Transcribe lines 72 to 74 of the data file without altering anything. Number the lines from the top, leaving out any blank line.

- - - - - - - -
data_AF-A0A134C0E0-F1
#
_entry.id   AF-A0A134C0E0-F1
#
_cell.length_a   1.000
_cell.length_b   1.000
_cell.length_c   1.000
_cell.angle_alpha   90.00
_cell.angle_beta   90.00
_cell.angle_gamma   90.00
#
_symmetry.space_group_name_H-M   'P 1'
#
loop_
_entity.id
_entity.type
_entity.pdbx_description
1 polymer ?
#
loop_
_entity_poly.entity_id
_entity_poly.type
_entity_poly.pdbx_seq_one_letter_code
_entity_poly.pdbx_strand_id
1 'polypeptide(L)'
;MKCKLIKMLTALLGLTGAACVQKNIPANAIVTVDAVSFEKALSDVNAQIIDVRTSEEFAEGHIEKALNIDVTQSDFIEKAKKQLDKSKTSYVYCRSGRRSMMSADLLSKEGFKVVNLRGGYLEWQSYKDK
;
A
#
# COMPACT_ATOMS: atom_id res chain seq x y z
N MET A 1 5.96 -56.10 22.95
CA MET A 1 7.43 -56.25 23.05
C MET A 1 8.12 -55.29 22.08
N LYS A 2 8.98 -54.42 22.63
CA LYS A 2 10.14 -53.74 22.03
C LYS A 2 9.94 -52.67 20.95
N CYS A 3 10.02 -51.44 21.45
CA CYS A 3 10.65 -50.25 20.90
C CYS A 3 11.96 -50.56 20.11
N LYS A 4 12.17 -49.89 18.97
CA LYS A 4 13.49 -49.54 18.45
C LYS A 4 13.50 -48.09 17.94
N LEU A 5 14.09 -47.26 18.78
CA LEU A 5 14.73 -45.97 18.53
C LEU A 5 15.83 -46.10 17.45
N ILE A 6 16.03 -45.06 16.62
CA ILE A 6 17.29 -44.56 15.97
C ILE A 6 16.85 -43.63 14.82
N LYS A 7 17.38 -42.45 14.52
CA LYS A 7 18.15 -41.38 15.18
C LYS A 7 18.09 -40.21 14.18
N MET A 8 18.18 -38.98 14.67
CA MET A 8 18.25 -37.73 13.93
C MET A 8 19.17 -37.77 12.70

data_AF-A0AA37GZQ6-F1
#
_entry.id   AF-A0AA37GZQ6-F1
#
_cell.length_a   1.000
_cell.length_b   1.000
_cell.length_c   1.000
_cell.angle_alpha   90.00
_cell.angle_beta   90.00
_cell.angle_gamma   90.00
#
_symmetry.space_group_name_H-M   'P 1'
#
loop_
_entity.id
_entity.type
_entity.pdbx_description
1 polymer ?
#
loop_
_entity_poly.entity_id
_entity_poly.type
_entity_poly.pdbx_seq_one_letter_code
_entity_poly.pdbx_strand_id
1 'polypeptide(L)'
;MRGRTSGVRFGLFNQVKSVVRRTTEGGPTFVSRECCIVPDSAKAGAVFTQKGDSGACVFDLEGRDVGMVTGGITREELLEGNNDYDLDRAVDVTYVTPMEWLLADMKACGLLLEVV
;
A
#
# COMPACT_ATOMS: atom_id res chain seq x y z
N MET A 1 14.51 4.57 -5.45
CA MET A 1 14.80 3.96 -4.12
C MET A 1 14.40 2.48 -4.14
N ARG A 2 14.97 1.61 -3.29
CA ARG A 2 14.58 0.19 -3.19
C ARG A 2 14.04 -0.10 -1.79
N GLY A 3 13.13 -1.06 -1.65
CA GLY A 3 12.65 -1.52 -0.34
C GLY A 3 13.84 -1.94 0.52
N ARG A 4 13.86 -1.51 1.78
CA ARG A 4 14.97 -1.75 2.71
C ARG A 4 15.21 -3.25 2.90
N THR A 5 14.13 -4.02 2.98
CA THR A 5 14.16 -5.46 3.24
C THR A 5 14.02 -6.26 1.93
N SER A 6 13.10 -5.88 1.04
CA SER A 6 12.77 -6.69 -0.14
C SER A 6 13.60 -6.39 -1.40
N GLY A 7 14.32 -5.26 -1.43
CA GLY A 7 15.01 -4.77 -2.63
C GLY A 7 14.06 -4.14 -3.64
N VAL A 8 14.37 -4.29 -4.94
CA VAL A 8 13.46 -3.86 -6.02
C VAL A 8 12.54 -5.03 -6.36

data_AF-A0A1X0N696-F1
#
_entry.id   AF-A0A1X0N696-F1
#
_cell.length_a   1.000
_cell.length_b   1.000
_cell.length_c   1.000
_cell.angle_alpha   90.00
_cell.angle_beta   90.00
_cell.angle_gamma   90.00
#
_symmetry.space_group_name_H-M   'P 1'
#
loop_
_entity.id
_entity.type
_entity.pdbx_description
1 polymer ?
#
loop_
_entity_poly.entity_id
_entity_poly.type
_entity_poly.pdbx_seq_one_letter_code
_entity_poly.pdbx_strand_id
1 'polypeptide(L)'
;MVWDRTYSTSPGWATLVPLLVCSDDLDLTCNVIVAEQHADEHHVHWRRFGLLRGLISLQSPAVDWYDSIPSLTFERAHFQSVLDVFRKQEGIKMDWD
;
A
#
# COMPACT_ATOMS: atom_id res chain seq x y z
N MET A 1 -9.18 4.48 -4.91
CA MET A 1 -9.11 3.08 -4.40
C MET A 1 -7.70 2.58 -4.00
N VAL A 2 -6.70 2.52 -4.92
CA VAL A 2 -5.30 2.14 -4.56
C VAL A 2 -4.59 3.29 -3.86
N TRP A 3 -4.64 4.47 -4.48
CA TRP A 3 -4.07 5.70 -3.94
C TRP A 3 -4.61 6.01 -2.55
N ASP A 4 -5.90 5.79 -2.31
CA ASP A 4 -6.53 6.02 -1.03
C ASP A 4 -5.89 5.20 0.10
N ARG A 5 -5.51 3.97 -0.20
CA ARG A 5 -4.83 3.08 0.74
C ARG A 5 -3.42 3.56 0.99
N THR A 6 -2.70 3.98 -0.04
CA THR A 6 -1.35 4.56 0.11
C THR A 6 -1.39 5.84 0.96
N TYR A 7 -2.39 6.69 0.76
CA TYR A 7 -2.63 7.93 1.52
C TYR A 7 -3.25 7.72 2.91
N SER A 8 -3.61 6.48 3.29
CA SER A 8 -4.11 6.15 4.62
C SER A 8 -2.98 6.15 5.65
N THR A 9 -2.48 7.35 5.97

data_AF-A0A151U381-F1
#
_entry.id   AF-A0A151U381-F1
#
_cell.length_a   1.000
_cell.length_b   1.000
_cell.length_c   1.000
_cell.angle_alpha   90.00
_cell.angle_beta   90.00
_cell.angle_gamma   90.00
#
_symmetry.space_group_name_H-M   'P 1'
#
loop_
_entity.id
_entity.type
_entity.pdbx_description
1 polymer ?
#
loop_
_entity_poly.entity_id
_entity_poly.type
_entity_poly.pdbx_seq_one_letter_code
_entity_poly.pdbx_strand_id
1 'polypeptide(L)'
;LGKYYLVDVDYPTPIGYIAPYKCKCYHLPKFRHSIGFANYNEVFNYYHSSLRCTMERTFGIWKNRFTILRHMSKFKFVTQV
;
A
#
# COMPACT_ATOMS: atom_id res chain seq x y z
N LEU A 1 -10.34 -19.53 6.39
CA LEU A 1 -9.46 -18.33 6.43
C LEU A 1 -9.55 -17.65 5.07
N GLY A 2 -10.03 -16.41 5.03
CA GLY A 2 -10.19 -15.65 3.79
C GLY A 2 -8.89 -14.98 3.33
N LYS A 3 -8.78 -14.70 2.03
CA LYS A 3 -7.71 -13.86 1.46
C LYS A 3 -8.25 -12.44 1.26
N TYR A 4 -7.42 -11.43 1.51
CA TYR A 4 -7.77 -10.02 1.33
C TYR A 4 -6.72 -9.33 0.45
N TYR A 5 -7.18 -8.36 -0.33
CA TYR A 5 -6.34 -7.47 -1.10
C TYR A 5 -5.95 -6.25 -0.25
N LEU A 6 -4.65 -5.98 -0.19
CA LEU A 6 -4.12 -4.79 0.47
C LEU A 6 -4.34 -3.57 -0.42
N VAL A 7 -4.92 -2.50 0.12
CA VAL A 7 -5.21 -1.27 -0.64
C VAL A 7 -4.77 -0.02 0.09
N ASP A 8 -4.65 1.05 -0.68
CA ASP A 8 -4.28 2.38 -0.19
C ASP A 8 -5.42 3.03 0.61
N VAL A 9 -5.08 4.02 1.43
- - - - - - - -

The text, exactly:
1 polymer ?
#
loop_